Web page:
It’s not often that a player who is averaging 22 points finds himself on the bench in the fourth quarter of a very close game. Well, this was indeed the case with Carlos Boozer when the Chicago Bulls played the New Jersey Nets on January 5th.
To be exact, Boozer didn’t play the last 14 minutes and 21 seconds of the game and had managed only 12 points up to that point in the game.
“The big thing was we were behind big and they were zoning," said Bulls head coach Tom Thibodeau of Boozer's absence in the fourth quarter. “And so the group that went in, playing Luol [Deng] at the 4, gave us another perimeter player. So it was more effective for us against the zone. So that's why we did it. And when that group cut the lead down and now we were in position, they tied the game up so we just were going to finish with the group that was going well.”
However, the decision to pull Boozer late in the third had more to do with Boozer’s lethargic play and less with the strategy that the Nets employed on defense.
Throughout the game, Boozer was the last guy to get back on defense. Often the last line of defense against players slashing to the basket, Boozer seemed comatose and clearly not giving his best effort. In the Bulls system, predicated on hard defense, an unwillingness to grind it out leaves a player exposed not only to opponents but to a lot of outside criticism as well.
So what happens if Thibodeau benches Boozer again? What if Boozer's struggles continue any further? Someone has to try and make up for Boozer’s lack of production.
Keep in mind that Joakim Noah is still out with a thumb injury.
While Derrick Rose will continue to get his 23 points and eight assists, a bulk of the offensive load would fall upon Luol Deng. In the 13 games that Deng had played in the month of November, before Boozer’s return from his injury December 1st, Deng averaged 20.5 ppg and 7.6 rpg. When Boozer returned, Deng’s production in December fell to 16.1 ppg and 5.4 rpb.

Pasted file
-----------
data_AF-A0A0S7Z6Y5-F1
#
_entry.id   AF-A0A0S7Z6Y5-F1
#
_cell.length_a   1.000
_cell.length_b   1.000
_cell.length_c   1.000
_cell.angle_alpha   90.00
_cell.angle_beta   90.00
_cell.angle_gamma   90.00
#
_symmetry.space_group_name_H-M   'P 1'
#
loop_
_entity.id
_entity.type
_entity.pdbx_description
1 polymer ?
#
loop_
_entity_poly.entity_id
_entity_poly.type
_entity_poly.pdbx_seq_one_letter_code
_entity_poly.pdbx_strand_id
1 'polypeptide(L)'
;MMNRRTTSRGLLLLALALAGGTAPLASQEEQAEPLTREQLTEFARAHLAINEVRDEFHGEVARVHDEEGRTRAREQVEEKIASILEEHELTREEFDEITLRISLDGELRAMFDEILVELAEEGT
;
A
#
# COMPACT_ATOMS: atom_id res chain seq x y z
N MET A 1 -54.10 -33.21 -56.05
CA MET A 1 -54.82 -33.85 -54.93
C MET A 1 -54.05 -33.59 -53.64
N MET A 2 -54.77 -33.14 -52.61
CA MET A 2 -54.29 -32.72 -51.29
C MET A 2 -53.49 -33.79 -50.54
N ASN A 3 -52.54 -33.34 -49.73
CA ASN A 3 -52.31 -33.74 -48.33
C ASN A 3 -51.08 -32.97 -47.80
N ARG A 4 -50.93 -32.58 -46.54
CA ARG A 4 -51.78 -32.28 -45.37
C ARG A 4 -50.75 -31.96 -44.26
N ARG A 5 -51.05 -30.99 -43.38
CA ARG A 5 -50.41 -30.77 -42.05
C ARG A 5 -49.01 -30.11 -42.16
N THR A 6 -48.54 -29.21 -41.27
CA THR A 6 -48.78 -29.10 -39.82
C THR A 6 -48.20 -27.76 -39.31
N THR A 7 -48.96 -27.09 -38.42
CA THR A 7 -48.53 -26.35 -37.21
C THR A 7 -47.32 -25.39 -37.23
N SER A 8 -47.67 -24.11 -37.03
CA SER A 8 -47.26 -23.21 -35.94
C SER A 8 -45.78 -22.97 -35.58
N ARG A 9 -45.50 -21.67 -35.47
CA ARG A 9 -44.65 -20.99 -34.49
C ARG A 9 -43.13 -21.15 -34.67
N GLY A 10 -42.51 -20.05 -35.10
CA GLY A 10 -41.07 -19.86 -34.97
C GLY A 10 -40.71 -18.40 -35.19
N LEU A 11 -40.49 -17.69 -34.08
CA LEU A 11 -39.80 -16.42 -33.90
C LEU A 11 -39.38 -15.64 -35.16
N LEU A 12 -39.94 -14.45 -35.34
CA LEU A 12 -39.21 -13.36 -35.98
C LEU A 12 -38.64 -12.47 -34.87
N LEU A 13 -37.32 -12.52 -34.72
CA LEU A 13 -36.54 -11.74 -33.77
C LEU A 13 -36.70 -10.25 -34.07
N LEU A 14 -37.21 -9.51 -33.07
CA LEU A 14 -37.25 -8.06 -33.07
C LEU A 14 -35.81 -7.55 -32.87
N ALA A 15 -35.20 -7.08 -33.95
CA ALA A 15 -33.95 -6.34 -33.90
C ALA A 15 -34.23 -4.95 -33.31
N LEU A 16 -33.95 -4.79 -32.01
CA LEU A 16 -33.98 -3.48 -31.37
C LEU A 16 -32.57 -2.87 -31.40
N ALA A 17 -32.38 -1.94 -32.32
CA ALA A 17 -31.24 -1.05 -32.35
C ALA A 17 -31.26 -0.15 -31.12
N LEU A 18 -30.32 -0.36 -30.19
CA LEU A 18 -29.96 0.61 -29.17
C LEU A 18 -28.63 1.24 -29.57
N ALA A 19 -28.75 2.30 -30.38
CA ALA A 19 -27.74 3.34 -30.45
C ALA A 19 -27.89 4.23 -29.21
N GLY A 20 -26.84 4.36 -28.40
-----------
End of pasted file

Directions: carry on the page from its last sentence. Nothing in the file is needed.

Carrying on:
From November to December, Deng and Rose put up 4.1 and 2.1 less shots a game, respectively. With Boozer in the lineup, someone else has to shoot the ball.
One caveat in these calculations is the play of Joakim Noah. Before injuring his thumb, Noah had played nine games in November (with Boozer). During those games, Noah averaged 11.4 ppg and 9.2 rpg and Boozer averaged 17.5 ppg and 9 rpg.
It’s possible Boozer will continue his early January scoring funk until Noah returns, but keep in mind that with Boozer, Rose and Deng in the lineup, Noah averages four less rebounds than when he is playing without Boozer. In the same situation, Deng averages 15.2 ppg 5.2 rpg and Rose averages 23.3 ppg (his assists stay basically the same).
However, whereas Noah shot 52 percent from the field in November, with Boozer in the lineup Noah’s shooting percentage dropped to 48 percent, Rose’s shooting dropped from 47 to 43 percent, but Deng’s increased from 43 to 50 percent. Deng appears to benefit from the attention that Boozer warrants on offense.
Thus, judge the player's value accordingly.
You can follow Artem “Professor Dunk” Altman on twitter.com/ProfessorDunk or visit his blog: www.ProfessorDunk.com.